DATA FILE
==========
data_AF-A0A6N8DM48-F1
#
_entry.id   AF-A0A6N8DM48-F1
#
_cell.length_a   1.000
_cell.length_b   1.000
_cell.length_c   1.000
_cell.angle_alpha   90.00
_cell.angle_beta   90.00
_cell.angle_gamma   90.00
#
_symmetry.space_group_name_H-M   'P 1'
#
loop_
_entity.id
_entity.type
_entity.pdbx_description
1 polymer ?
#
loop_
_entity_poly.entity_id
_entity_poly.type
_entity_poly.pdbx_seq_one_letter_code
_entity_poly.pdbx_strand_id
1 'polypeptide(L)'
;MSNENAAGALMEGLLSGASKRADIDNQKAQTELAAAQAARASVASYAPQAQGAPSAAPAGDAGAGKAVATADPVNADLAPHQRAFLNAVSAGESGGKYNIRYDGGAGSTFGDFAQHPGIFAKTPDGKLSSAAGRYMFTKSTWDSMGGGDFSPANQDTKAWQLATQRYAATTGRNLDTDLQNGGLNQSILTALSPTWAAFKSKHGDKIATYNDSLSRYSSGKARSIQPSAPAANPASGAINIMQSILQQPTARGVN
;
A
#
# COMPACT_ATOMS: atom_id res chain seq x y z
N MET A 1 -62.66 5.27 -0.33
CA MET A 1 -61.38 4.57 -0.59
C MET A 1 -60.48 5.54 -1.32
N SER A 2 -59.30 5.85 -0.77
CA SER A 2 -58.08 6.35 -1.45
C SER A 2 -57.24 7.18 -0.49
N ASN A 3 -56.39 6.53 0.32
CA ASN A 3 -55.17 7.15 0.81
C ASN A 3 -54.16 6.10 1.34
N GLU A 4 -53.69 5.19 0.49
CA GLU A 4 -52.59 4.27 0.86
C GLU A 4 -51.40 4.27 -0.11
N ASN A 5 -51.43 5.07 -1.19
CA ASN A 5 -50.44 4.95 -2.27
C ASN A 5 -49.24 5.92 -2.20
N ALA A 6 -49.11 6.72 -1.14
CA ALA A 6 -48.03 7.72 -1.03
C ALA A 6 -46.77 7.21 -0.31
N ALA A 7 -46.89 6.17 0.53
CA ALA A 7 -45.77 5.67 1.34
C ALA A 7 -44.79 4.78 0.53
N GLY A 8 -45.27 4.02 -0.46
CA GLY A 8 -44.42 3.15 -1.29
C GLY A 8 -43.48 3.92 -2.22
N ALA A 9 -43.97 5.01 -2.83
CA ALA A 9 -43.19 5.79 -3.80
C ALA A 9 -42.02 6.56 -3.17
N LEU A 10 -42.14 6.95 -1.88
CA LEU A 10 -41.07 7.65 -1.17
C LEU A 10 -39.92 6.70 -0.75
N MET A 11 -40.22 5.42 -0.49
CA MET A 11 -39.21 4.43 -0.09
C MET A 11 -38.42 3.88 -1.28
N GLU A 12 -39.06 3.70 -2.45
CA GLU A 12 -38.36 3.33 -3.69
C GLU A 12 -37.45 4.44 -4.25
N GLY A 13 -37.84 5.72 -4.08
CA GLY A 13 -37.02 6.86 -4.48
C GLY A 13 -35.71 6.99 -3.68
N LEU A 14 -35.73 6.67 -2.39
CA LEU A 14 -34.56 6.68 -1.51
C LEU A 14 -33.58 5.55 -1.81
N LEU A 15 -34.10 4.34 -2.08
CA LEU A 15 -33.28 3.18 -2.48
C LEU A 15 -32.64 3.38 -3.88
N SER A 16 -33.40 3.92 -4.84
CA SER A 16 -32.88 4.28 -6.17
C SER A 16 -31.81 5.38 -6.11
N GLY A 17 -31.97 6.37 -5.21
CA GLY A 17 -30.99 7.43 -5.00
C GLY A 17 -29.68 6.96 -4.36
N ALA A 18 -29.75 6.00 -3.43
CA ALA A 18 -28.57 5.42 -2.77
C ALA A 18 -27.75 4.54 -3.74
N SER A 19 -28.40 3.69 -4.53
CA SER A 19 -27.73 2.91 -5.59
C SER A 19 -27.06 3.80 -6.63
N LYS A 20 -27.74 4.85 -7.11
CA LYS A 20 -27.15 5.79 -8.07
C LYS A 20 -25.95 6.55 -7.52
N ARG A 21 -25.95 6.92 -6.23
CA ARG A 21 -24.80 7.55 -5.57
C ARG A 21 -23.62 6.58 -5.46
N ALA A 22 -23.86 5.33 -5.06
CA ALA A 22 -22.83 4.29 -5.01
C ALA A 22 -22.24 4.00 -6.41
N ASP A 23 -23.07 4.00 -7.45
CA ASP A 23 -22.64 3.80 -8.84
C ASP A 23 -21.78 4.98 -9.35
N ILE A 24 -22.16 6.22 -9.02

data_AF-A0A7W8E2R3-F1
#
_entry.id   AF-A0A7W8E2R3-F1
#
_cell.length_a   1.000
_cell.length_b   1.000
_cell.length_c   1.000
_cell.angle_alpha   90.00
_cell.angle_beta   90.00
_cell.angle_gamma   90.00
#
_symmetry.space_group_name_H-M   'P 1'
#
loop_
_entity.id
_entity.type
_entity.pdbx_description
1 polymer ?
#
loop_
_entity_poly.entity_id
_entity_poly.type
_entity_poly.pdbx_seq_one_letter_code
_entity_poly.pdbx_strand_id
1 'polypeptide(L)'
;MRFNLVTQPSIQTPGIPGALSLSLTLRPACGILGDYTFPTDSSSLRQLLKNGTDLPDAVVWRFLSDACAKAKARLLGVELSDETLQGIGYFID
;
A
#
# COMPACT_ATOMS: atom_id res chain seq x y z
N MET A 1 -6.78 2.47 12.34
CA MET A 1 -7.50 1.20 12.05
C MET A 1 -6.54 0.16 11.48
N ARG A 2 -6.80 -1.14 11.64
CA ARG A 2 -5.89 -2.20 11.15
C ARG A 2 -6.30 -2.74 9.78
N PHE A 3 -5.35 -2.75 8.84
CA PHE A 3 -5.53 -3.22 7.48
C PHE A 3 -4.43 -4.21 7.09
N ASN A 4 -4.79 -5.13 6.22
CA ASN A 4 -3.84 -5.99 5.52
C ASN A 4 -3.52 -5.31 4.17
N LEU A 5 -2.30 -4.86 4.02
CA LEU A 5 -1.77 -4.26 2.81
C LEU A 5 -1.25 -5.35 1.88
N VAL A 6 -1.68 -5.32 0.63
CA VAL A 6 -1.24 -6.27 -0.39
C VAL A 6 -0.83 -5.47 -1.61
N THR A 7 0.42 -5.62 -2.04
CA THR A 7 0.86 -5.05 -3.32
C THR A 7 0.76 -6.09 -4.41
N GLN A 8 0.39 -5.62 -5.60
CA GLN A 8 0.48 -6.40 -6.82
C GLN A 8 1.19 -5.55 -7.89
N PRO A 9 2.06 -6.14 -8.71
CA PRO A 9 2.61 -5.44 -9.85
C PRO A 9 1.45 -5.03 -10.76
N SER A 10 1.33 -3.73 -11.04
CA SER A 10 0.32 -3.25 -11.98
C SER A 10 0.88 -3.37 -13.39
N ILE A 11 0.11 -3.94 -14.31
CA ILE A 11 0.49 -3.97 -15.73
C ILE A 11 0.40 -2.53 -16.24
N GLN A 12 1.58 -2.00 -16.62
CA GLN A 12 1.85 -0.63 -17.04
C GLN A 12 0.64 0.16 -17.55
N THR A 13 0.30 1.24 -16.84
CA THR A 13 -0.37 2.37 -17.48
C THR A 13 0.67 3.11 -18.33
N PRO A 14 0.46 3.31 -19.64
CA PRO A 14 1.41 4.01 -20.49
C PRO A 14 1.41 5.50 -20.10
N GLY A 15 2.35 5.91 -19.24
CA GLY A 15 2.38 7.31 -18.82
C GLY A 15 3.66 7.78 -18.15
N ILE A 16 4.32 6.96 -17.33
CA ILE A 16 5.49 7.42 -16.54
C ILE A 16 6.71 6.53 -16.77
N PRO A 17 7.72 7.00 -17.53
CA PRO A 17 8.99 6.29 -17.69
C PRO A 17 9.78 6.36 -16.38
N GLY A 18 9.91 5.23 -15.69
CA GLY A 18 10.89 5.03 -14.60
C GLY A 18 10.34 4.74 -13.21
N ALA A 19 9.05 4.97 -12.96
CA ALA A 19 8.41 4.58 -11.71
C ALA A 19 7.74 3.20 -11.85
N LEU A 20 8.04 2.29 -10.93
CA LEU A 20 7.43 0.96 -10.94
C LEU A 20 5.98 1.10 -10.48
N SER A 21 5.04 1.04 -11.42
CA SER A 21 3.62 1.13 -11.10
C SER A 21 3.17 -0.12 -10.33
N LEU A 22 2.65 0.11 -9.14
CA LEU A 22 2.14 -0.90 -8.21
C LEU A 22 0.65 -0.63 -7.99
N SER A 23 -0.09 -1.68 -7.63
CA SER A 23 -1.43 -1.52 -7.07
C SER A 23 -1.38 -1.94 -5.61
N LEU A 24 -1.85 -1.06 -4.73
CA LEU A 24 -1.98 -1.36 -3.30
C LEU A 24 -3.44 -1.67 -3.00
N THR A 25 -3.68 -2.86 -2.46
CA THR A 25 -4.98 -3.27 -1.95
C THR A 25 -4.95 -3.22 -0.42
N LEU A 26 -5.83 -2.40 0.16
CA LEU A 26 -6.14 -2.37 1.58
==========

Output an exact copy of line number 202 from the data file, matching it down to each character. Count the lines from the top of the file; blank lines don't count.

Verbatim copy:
C LEU A 24 -3.44 -1.67 -3.00